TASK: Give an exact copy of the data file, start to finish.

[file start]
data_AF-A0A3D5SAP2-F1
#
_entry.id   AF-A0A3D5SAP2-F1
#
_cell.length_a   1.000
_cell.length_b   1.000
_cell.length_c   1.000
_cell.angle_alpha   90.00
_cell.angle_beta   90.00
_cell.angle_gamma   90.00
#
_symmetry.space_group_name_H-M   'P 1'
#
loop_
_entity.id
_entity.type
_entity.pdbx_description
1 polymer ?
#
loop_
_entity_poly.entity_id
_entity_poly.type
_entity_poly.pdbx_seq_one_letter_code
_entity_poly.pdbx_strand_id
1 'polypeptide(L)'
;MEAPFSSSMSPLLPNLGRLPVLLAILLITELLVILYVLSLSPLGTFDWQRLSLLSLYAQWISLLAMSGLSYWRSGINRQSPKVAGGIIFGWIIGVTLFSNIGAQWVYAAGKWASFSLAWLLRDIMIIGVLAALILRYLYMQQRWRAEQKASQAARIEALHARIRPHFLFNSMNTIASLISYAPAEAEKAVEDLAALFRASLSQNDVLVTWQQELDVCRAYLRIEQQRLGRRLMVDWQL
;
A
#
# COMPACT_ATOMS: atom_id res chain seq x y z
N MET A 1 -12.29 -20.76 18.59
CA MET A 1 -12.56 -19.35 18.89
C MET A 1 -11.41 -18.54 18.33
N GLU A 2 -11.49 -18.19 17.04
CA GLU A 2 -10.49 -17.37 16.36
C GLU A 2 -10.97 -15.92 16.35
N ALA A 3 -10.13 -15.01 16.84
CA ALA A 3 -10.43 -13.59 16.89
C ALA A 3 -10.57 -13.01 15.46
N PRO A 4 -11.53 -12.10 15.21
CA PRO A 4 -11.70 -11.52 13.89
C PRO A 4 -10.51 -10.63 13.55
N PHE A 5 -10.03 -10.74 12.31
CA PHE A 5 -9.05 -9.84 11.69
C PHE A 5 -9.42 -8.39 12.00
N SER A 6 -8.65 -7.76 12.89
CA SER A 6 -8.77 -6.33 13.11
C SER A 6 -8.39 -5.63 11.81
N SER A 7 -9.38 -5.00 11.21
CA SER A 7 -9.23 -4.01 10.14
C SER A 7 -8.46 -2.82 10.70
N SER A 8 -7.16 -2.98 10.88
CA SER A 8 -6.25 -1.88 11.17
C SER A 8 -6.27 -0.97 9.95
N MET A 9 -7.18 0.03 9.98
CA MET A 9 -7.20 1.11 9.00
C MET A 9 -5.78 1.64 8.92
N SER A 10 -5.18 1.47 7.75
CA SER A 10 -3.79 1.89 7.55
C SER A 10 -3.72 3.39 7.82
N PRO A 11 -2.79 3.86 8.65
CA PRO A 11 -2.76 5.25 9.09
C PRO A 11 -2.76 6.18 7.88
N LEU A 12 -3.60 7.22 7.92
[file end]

data_AF-A0A3D5SAP2-F1
#
_entry.id   AF-A0A3D5SAP2-F1
#
_cell.length_a   1.000
_cell.length_b   1.000
_cell.length_c   1.000
_cell.angle_alpha   90.00
_cell.angle_beta   90.00
_cell.angle_gamma   90.00
#
_symmetry.space_group_name_H-M   'P 1'
#
loop_
_entity.id
_entity.type
_entity.pdbx_description
1 polymer ?
#
loop_
_entity_poly.entity_id
_entity_poly.type
_entity_poly.pdbx_seq_one_letter_code
_entity_poly.pdbx_strand_id
1 'polypeptide(L)'
;MEAPFSSSMSPLLPNLGRLPVLLAILLITELLVILYVLSLSPLGTFDWQRLSLLSLYAQWISLLAMSGLSYWRSGINRQSPKVAGGIIFGWIIGVTLFSNIGAQWVYAAGKWASFSLAWLLRDIMIIGVLAALILRYLYMQQRWRAEQKASQAARIEALHARIRPHFLFNSMNTIASLISYAPAEAEKAVEDLAALFRASLSQNDVLVTWQQELDVCRAYLRIEQQRLGRRLMVDWQL
;
A
#
# COMPACT_ATOMS: atom_id res chain seq x y z
N MET A 1 -12.29 -20.76 18.59
CA MET A 1 -12.56 -19.35 18.89
C MET A 1 -11.41 -18.54 18.33
N GLU A 2 -11.49 -18.19 17.04
CA GLU A 2 -10.49 -17.37 16.36
C GLU A 2 -10.97 -15.92 16.35
N ALA A 3 -10.13 -15.01 16.84
CA ALA A 3 -10.43 -13.59 16.89
C ALA A 3 -10.57 -13.01 15.46
N PRO A 4 -11.53 -12.10 15.21
CA PRO A 4 -11.70 -11.52 13.89
C PRO A 4 -10.51 -10.63 13.55
N PHE A 5 -10.03 -10.74 12.31
CA PHE A 5 -9.05 -9.84 11.69
C PHE A 5 -9.42 -8.39 12.00
N SER A 6 -8.65 -7.76 12.89
CA SER A 6 -8.77 -6.33 13.11
C SER A 6 -8.39 -5.63 11.81
N SER A 7 -9.38 -5.00 11.21
CA SER A 7 -9.23 -4.01 10.14
C SER A 7 -8.46 -2.82 10.70
N SER A 8 -7.16 -2.98 10.88
CA SER A 8 -6.25 -1.88 11.17
C SER A 8 -6.27 -0.97 9.95
N MET A 9 -7.18 0.03 9.98
CA MET A 9 -7.20 1.11 9.00
C MET A 9 -5.78 1.64 8.92
N SER A 10 -5.18 1.47 7.75
CA SER A 10 -3.79 1.89 7.55
C SER A 10 -3.72 3.39 7.82
N PRO A 11 -2.79 3.86 8.65
CA PRO A 11 -2.76 5.25 9.09
C PRO A 11 -2.76 6.18 7.88
N LEU A 12 -3.60 7.22 7.92